Speaking of Peak Rail Buxton, someone has put on YouTube a half-hour BBC 'open access' programme made by the volunteers there in 1985, which is very well worth watching. Little did they know that all their hard work was to come to nothing, even after a new bridge span had been installed with a grant from the Greater Manchester Council. A bottling plant for Buxton Mineral Water was built over much of the site, although leaving the platform and space for a possible small station. Recently the bottling has been re-located to a new site outside the town; Tesco had their corporate eyes on the site, but their plan seems to have been blocked.
Test train ... in testing weather
An Ultrasonic Test Train powered by 37 423 Spirit of the Lakes covered our area from 4 - 6 February, and our hardy contributors went out to photograph it despite the wintry weather. Above, on 4 February, Martin Evans captured 37 423 on an Ironbridge Power Station via Shrewsbury to Chester then back to Shrewsbury track recording train at Rhosymedre (near Ruabon) taken just as hail was falling.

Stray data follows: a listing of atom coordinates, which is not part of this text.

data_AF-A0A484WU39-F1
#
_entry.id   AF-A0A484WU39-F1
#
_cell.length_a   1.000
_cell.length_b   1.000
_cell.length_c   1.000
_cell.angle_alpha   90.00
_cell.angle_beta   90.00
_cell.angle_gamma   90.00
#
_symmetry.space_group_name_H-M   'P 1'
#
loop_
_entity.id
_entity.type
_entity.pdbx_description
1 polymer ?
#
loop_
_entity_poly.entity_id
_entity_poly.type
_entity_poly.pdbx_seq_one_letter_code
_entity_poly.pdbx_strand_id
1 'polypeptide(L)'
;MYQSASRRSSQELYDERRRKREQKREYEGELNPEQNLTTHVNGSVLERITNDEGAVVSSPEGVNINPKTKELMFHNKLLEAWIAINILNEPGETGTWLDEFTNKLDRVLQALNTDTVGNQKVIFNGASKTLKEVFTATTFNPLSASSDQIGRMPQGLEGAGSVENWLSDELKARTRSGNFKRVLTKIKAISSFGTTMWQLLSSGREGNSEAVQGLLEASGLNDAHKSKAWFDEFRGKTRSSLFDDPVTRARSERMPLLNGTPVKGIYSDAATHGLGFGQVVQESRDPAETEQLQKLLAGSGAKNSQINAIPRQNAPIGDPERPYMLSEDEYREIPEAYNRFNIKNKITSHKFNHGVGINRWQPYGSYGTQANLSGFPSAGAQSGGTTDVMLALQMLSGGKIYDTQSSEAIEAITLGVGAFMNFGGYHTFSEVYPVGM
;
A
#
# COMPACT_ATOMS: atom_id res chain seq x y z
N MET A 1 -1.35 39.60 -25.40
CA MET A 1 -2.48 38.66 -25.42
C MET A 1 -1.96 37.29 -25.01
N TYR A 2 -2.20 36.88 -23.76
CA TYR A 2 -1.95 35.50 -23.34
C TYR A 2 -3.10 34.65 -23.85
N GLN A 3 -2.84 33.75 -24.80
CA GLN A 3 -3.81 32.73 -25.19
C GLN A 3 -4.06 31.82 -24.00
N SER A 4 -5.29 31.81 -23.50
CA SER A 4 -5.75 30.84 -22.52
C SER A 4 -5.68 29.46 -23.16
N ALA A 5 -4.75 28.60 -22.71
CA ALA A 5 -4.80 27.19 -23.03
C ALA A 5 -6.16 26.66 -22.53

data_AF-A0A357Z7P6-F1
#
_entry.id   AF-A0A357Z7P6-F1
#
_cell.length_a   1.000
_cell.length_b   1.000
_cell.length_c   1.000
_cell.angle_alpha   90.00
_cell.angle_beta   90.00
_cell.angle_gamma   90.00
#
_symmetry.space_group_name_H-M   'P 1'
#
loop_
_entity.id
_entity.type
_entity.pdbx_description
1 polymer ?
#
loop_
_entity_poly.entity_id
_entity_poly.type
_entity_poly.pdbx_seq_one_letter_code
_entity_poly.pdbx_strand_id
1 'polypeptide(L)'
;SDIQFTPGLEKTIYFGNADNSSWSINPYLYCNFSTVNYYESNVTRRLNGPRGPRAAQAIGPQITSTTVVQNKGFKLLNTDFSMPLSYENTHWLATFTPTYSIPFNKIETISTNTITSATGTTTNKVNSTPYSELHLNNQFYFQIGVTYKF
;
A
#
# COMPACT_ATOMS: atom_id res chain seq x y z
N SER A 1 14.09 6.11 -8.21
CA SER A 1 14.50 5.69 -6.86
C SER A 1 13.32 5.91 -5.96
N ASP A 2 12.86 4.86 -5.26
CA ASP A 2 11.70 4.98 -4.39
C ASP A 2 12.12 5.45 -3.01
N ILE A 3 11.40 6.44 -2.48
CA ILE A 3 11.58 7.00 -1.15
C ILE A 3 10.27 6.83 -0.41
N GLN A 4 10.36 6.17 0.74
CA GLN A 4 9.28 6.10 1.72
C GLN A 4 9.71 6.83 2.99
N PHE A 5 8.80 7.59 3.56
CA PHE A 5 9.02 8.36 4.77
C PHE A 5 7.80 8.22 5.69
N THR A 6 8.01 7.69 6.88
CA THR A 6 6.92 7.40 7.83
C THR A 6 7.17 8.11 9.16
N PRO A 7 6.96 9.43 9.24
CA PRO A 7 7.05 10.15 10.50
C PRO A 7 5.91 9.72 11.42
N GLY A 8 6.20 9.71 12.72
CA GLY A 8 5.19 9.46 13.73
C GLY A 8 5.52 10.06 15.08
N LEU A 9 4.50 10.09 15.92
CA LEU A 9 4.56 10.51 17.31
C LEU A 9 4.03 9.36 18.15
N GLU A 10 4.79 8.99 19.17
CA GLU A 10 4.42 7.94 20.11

Next morning, 5 February Martin Evans found the train tucked into the siding at Shrewsbury before departing as train 3Q04. The schedule for the day was Shrewsbury 11:54, Abbey Foregate 12:00 - 12:05 (reverse), Wrexham General 12:43 - 12:51, Bidston siding 13:52 - 14:58 (reverse) Croes Newydd loop 15:37 - 16:37 (reverse), Chester 17:05 - 17:18, Helsby 18:51 - 19:06, Runcorn East 19:15 - 19:21 (reverse), Hooton 19:48 - 19:59 (reverse), Chester 20:22, Crewe 20:29.
Wrexham General (Karl Latham).
Buckley in a snowstorm (Mark Riley).
Driving Trailer 9714 in the rear at Buckley (Mark Riley).
Hope (Tim Rogers).
Coach 72630 (Tim Rogers). This vehicle, which is usually seen in such trains to provide additional brake force for the short train, is numbered in the electric multiple unit series; originally Mk2F loco-hauled coach 6094 it was one of the coaches converted in 1983-4 to run with Class 73 locos in the Gatwick Express 'Class 488' sets. These were replaced in the 2000s by newly-built EMU sets.